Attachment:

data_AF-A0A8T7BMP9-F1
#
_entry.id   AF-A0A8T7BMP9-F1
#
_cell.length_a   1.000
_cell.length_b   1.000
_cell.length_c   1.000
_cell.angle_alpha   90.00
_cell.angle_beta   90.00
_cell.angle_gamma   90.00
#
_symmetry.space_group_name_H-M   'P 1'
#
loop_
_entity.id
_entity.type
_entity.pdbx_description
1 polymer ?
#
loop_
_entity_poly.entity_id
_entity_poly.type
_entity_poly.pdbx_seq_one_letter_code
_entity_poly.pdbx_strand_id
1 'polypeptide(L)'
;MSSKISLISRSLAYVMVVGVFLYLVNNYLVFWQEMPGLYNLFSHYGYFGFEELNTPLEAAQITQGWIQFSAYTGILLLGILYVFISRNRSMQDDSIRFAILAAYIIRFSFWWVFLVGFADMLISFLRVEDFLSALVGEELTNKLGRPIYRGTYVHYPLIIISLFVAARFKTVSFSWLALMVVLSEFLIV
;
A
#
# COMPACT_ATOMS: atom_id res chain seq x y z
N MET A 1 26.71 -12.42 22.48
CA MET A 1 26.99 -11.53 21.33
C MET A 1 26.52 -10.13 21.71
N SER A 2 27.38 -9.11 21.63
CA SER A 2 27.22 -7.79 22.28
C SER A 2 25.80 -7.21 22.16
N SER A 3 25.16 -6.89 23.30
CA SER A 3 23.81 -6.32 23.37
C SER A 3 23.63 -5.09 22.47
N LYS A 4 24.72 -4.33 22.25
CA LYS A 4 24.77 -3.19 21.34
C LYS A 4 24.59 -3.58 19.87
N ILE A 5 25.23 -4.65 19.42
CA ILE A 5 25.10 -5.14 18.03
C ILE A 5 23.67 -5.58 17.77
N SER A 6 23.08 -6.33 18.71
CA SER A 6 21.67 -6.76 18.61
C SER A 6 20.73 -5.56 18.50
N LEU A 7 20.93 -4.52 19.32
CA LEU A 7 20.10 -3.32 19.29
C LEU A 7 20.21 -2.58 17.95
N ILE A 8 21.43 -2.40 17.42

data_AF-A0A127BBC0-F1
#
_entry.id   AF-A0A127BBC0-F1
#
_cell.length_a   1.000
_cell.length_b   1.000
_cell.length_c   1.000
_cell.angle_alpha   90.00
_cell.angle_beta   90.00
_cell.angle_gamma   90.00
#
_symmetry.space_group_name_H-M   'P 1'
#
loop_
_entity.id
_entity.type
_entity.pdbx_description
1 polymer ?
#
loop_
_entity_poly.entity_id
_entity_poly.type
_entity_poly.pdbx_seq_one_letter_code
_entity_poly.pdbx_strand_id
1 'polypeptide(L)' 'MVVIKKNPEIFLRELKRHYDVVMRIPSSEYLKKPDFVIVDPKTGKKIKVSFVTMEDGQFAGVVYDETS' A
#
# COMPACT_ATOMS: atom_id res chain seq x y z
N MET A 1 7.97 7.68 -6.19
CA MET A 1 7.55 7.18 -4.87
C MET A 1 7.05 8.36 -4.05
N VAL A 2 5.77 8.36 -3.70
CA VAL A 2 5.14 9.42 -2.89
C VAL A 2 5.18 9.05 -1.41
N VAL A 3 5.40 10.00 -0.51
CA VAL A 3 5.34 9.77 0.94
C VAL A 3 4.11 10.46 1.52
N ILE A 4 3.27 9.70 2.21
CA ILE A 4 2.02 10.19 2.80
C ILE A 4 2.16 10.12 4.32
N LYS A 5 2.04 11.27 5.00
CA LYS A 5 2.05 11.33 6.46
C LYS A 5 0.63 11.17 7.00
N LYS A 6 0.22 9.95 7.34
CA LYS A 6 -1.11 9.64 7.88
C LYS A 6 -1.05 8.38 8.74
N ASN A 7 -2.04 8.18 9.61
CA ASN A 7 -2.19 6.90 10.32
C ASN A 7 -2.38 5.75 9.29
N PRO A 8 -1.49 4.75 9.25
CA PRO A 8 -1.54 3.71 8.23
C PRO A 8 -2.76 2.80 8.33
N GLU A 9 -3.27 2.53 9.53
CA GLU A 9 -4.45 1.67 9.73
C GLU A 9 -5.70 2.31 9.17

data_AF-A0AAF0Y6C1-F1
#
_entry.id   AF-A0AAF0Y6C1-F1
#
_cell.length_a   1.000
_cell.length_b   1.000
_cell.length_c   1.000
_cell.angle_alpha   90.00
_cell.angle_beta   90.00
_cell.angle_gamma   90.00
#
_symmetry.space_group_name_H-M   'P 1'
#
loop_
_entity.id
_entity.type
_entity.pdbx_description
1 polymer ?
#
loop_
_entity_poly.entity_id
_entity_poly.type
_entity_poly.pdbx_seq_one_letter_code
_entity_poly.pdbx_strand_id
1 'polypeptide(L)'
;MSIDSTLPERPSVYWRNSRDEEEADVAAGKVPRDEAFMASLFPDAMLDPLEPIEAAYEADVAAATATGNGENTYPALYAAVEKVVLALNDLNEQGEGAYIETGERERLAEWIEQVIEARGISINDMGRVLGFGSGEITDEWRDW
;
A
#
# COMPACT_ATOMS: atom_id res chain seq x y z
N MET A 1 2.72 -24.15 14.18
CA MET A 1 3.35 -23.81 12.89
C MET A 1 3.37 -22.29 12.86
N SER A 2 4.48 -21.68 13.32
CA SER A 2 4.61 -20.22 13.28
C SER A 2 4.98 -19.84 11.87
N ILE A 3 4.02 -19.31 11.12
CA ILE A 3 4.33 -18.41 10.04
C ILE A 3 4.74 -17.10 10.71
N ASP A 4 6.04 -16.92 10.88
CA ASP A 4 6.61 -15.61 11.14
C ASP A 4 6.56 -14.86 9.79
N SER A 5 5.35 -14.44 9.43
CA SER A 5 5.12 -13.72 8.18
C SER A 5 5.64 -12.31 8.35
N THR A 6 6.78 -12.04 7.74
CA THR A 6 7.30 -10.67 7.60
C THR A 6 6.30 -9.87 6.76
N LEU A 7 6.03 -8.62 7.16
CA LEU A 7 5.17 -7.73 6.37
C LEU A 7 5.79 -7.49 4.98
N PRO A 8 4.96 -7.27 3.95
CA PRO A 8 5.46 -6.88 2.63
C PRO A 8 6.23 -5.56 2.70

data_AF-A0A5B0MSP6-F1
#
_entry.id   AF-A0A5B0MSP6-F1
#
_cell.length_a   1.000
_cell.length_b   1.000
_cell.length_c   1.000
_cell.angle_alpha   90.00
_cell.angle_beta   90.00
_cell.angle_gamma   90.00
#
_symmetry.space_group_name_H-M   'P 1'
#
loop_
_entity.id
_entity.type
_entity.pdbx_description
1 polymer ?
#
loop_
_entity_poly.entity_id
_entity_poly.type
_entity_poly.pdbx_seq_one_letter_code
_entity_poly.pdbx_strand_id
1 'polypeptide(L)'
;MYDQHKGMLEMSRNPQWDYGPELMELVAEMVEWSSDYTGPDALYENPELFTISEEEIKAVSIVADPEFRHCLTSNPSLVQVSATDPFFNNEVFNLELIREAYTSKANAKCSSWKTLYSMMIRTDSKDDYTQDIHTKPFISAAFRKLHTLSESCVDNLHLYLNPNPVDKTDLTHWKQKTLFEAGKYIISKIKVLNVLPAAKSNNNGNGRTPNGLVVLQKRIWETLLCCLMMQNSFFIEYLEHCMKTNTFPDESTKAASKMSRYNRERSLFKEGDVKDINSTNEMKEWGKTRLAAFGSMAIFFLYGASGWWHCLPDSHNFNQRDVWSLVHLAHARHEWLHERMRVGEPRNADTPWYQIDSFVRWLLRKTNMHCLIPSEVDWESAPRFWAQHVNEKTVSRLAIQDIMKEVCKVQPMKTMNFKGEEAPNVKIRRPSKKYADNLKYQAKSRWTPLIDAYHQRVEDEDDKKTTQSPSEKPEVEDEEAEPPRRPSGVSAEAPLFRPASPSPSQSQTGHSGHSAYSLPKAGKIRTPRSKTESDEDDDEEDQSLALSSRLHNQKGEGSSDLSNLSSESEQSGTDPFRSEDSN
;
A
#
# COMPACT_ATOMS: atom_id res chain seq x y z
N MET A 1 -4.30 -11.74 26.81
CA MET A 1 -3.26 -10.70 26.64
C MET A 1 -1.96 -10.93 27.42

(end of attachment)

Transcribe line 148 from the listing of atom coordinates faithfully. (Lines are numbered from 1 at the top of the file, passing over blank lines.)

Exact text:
C ASP A 4 6.56 -14.86 9.79